Just a note out to the B2 community that there’s an important opportunity (act now…it won’t last long!) to meet the four finalists for the incoming Belmont Schools Superintendent this week and next. According to a notice posted on the Town’s Web page, the four candidates will be available to answer questions in a public forum two days this week and two days next week. The schedule is as follows and all meetings are in the Belmont High School, Library between 6:30 – 8:00 pm.
Thursday (tomorrow) Jan. 15th : Candidate Dr. James J. Kelleher
Friday Jan 16th: Candidate Marie H. Doyle
Wednesday, January 21st: Candidate Dr. Richard J. Hoffmann
Thursday January 22nd: Candidate Dr. George Entwistle 3rd
As we’ve written before, these are the final four candidates for the job and one of them will be taking over as Schools Superintendent next year — an incredibly important position in shaping school policy, driving academic achievement, fostering a top rate work environment for our teachers, and ensuring that Belmont’s students receive the best education possible. Criticisms are often made that the School Department is too insular, so here’s an opportunity to show up and put your question to the candidates for Superintendent yourself. I hope to see you there!
Note: This is the fourth installment in a series of posts proposing unorthodox (that is “crazy”) ideas that Belmont might consider in 2009 to improve the quality of life in town. The first three posts can be found here, here and here.
Our series on crazy ideas (that might work) for 2009 continues with a contribution from loyal B2 reader and Sustainable Belmont member Ian Todreas. As an environmental consultant and expert in areas such as energy efficiency, alternative transportation, and sustainable development, Ian follows issues pertaining to the environment and sustainability very closely — and he’ll be the first to tell you that small changes in our collective behavior can translate into huge energy savings and environmental benefits. His “crazy idea” for 2009 is a great example of this. Here’s Ian’s proposal:
A Townwide Outdoor Change-A-Light Campaign
The EPA has a national promotion for energy efficient fixtures and bulbs every October called ENERGY STAR Change a light, Change the world. People are called upon to change one bulb or fixture to an ENERGY STAR labeled one. The Belmont spin could be that BMLD or some other entity orchestrates a door to door campaign offering free bulbs to homeowners. Volunteers could help screw them into their outdoor fixtures ON THE SPOT (this is key–studies show that most bulbs given away don’t actually make it into a fixture, and if they do, they go into a fixture that isn’t used much, like a closet, and thus the environmental benefits are minimal).
Belmont Municipal Light Dept. (BMLD) already has bulbs that they give away. This would be a modest expansion of that: BMLD could “train” a cadre of precinct “captains” who could lead the charge. (Parents: I smell a great and college-application friendly community service opportunity.) It could be promoted as Three Cups of Tea was–a community-wide coming together for the common good. BMLD could also quantify energy savings to the homeowners and to the town. Homeowners who already have energy efficient bulbs outside (as do we) could take the freebie and use it somewhere inside.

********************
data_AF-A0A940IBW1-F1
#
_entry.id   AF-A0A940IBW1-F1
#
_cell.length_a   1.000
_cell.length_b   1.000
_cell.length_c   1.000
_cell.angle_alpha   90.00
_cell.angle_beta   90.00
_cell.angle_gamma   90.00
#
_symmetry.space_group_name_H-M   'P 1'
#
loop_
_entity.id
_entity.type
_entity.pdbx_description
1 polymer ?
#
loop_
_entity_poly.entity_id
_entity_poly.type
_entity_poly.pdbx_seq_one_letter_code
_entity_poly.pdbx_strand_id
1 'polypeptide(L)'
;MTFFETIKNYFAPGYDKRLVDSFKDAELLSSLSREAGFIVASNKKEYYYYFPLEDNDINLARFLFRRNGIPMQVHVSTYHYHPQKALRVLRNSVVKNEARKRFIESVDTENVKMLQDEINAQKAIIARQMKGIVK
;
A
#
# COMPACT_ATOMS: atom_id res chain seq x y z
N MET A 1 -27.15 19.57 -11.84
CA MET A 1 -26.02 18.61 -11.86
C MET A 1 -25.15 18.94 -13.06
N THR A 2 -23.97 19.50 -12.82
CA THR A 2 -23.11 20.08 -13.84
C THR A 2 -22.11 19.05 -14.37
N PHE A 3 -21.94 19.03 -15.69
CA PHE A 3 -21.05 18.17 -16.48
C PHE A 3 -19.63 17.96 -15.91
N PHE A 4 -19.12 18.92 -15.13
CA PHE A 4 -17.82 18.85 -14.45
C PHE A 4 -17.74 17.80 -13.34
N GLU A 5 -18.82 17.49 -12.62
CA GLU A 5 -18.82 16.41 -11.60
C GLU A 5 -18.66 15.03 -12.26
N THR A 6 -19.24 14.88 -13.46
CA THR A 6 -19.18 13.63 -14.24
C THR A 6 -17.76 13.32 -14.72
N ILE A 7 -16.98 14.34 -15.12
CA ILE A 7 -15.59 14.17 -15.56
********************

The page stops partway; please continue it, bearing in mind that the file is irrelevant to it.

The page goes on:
This could also be the foundation for or the impetus to launch Belmont’s climate action plan and related activities. After three years of planning, Belmont DOESN’T HAVE A PLAN YET! This is a small-scale plan that would actually put Belmont on the cutting edge. No other town has done this. EPA and ENERGY STAR would eat it up and the town could get some great/free publicity I am sure, especially if we could get some high visibility support from the Selectmen and other town leaders.
Businesses could sponsor T shirts or caps, offering coupons or free coffee or something for volunteers. Volunteers could be formed from intergenerational teams, since Seniors would be key to the success. — Ian
As reported in the Citizen Herald, the School Committee has narrowed its list of candidates to be Belmont’s next Schools Superintendent to four candidates. Longtime superintendent Peter Holland retired at the end of 2008. The SC submitted a list of the candidates at their Tuesday meeting. While all the finalists seem to be solid contendors, a couple stand out (at least on paper):
Richard Hoffman, Superintendent of Schools in Ashland: Hoffman seems to have the most experience — 10 years at the helm in Ashland in addition to a stint in North Attleboro. He oversaw construction of a new High School there. For budgeting, he’s a fan of “transparency regarding what items are needed and then trim the items that are not immediately needed,” which would seem to speak to the top concern of the Belmont political establishment.
George Entwistle, who’s Super in the Falmouth, Maine public schools also seems like a contender, at least on paper, though his decision to pass up a position in Sharon to “stay in Maine” could be a red flag that his heart lies elsewhere. Belmont needs someone who’s in for the long term. Of interest with Entwistle, though, is his experience with regional consolidation in a bid to combine three different school districts, which Falmouth ultimately voted down.
With a Ph.D from BC and a Master’s from NYU, Scituate Public Schools Super James Kelleher also looks good. The BCH focused, in its write-up, on his skepticism about the MCAS testing regime in state, pulled from an interview in the Canton Journal, but offered little else in terms of his experience at the helm in Scituate or his “big vision.” Griping about MCAS certainly wouldn’t score high on my list of qualities for a new Super, but its possible that BCH was taking one quote out of a much longer piece.
What do you think the new Super’s top priorities should be?